This story reads like a first draft, but that’s exactly what it is: some grammatical cleanup was done, and some very light editing. I enjoyed reading something is such pure form, and can envision what Wagamese’s final vision may have been. I commend the way that the ending of this story was handled – it cuts off abruptly, ending where Wagamese had. I appreciate that no attempt to finish the story was made but found significant value in the insights regarding how the story may have ended, provided by those close to Wagamese. This is ultimately a story of recovery from trauma and the power of human connection.
Look, this book isn’t going to win any awards for its quality of writing, but Find You in the Dark shines in plot. After reading countless thrillers that feel all too similar, it was refreshing to read one that had an entirely unique premise. This was a really fun read!
Martin Reese retired young after his tech company exploded, leaving him with both ample financial resources and plenty of time on his hands. He is a devoted husband and father, who happens to have a bit of a twisted obsession: he seeks out the bodies of murder victims from unsolved cases, uncovering them for the police to find. To carry out his compulsion he tells his wife, Ellen, that he’s going camping and uses his alone time to uncover bodies. Martin’s focus is on the victims of a long captured serial killer, Jason Shurn, and he gets his intel from a cop who sells him case files on the sly.
Before long, a past family tragedy takes centre stage, reaching a breaking point when his daughter disappears. Shurn may not have acted alone, and Martin has enraged someone by uncovering victims from the past. Martin will have to succumb to an internal darkness to save his family and get his daughter back.
I’ve heard this book compared to Dexter, but I have a hard time seeing that. Unlike Dexter Martin isn’t a killer. He’s simply a man who has taken an interest in true crime to the next level, albeit a twisted one. The book is a little long and though it drags a little, I was compelled to keep reading. Side note – Nathan Ripley is a pseudonym for Naben Ruthnum, an Indian writer from Canada. He’s said he used the new monicker because of the expectations that come with having an ethnic sounding name. I must say, I wish he used his real name! Shatter the expectations! OK, back to business – 3 stars, because it was hard to put down.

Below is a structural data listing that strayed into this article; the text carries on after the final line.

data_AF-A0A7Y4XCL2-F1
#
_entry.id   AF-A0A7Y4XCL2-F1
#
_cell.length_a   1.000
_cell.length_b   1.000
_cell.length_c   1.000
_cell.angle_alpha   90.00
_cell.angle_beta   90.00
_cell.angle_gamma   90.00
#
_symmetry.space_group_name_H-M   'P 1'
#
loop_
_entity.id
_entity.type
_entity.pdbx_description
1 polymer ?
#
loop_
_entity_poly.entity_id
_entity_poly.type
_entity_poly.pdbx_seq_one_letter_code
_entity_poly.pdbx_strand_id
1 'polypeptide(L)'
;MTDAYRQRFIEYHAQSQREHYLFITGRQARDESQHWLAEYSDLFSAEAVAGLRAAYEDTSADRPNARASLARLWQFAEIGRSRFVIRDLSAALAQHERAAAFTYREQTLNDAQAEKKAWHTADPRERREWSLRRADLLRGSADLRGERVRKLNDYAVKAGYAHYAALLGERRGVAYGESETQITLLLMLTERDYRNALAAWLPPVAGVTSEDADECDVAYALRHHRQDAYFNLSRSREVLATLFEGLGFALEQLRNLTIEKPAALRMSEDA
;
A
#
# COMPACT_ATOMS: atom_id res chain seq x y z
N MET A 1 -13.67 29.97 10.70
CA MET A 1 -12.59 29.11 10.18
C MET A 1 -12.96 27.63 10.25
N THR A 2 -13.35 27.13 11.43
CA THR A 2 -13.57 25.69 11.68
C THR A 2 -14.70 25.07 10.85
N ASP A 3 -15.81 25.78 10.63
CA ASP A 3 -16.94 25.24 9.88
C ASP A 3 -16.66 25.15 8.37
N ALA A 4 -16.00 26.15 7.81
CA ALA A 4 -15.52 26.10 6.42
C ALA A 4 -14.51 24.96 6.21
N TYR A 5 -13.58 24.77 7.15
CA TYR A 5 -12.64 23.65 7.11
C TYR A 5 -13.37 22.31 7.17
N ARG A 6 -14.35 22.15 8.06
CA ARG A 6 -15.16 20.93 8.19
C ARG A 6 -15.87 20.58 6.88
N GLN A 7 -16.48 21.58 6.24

We all been through a lot we don’t understand in a world made to either break us or make us so hard we can’t break even when it’s what we need most to do.
If this is Tommy Orange’s debut, I can’t wait to see what he does next. There There is a portrait of the “urban Indian”, and how racism, colonialism, and a painful history have contributed to modern day challenges. I’ve read many books by Aboriginal writers from Canada, but this is my first from the American perspective.
Told through twelve unique voices, There There follows each character as they travel to the Big Oakland Powwow. Each has heir own reason for going to the powwow: to connect to their culture, to reunite with family, to create art out of pain, and to bravely debut newfound talents. The stories of Dene, Jacquie, Blue, Opal, Orvil and more will ultimately clash in a violent denouement that is difficult to read. This is a commentary on gun violence in America as well.
We’ve read this sort of narrative before; multiple storylines cumulating in an epic event. However, Orange brings a passion for his culture to the table, making this a powerful read that resonates. His passages about traditional dance are some of the most beautiful I’ve ever read, so I’ll leave you with this moment in which Orvil, backstage, dressed in his regalia before his first public dance at the powwow, finds himself in his culture:
Orvil looks around the room, and he see all these men dressed up like him…There’s something like the shaking feathers he felt somewhere between his heart and his stomach…To cry is to waste the feeling. He needs to dance with it.